CartoonistM.K. Brown is making a special appearance this Saturday, April 4th at the Fairfax Library. From 2-4pm, enjoy the opening reception and book signing while soaking in Brown's original artwork on display. The show of original comics, gag panels and more will remain up from the 1st to the 29th of April. A percentage of the sale of her collection, Stranger than Life, will benefit Friends of the Fairfax Library. Here's a few of my favorites from the book:
This one is part of a longer comic:
So come get a copy of Stranger than Life and check out a book or two from your local library!
Fairfax Library 2097 Sir Francis Drake Blvd Fairfax, CA 94930
The award-winning and timeless collection of Love and Rockets stories gathered into the gorgeous book, Palomar by Gilbert Hernandez, was published more than a decade ago. But controversy at a high school library in New Mexico has given new life into the continuing dicussion, and sometimes battle, that surrounds comics when they attempt to break new ground and tackle themes which require context and analysis.
As Jen Vaughn pointed out in our original posting of the challenged book, one mother of a 14-year-old who had checked out the offending text from Rio Rancho High School library, took to the local TV station, KOAT, to report that she had found pages upon pages of "child pornography pictures and child abuse pictures". She demanded that there be an investigation to find out how the book was allowed into the library in the first place.
Since KOAT's initial "reporting" of the book's content, several outstanding organizations have come to its defense. The Comic Book Legal Defense Fund, a First Amendment protection group, has teamed up with the Kids' Right to Read Project, and sent a letter to the Superintendent of Rio Rancho calling on the school to uphold it's own preported standards of procedure when it comes to a book's challenge. Additionally, the letter points out the obvious merits that the book carries within its pages, which have been lauded by numerous publications like The Times of London and Publisher's Weekly over the years for Hernandez's elastic realism approach to familial drama that immediately invokes comparison to writers such as Gabriel Garcia Marquez.
Today, Greg Matiasevich at Multiversity posted an interview with Fantagraphics' Associate Publisher, Eric Reynolds, and CBLDF Executive Director, Charles Brownstein to get their reactions to Palomar being pulled from the shelves as it awaits a formal review from the school. When asked about why the removal of such a book is important, Reynolds replies:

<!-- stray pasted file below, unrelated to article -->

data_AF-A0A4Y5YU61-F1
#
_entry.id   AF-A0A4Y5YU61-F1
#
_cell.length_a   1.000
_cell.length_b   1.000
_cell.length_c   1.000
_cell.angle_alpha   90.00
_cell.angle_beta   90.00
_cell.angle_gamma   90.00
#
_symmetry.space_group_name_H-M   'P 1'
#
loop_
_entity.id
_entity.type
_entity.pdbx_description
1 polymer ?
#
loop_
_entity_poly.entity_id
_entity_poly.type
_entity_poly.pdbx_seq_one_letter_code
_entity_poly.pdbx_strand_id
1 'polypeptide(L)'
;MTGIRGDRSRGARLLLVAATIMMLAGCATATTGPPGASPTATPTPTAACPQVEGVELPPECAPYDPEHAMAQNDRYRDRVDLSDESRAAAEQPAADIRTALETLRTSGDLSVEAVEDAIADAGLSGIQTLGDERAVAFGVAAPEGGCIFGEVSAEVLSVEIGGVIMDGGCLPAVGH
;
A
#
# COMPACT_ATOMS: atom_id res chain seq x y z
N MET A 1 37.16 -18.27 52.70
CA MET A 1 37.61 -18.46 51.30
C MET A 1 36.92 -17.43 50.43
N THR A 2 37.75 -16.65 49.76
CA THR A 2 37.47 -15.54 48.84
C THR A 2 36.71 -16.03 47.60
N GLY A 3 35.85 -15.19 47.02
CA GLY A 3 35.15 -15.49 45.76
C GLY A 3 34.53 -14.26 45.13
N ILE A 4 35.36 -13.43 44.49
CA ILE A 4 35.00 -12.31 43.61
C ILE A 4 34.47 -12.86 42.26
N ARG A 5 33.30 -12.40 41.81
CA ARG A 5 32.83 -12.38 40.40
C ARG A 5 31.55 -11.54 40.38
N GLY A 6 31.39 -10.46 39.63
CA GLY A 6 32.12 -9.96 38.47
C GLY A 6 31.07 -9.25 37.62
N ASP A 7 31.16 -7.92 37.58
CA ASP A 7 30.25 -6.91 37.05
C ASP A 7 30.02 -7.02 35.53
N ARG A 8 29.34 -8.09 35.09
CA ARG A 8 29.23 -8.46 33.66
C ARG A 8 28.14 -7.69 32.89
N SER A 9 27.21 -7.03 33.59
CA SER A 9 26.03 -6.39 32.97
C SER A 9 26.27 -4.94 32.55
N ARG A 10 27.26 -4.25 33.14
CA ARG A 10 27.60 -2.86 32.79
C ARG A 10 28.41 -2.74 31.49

"I don’t much care whether Palomar is in one particular library or not, but I do care about one rogue parent bypassing appropriate channels to remove it, instead escalating via a media that was all too enthusiastic in egregiously mischaracterizing the content of the work, fueling community outrage with flat-out falsehoods. It’s unproductive for everyone involved."
As Matiasevich points out, products based on comic books dominates our entertainment culture in the form of movies and TV shows, but too often the art form that these products were built off of is easily called out by those with little understanding of the medium itself, and shamefully erased from the hands of potential readers through public defamation. Brownstein and the CBLDF continue to take up these battles because "comics have a legitimate place in contemporary libraries and schools, but are more vulnerable to attack that other kinds of books because images are easier to take out of context and because there is still a diminishing, but lingering stigma that the medium is of low value."
Numerous titles have proven that assumption wrong over the years, but it's important to remember no one deserves to have stories or art taken from their hands due to the opinion of one person. Palomar is awaiting its fate at the Rio Rancho High School library, and the CBLDF will be standing by to update on their final decision.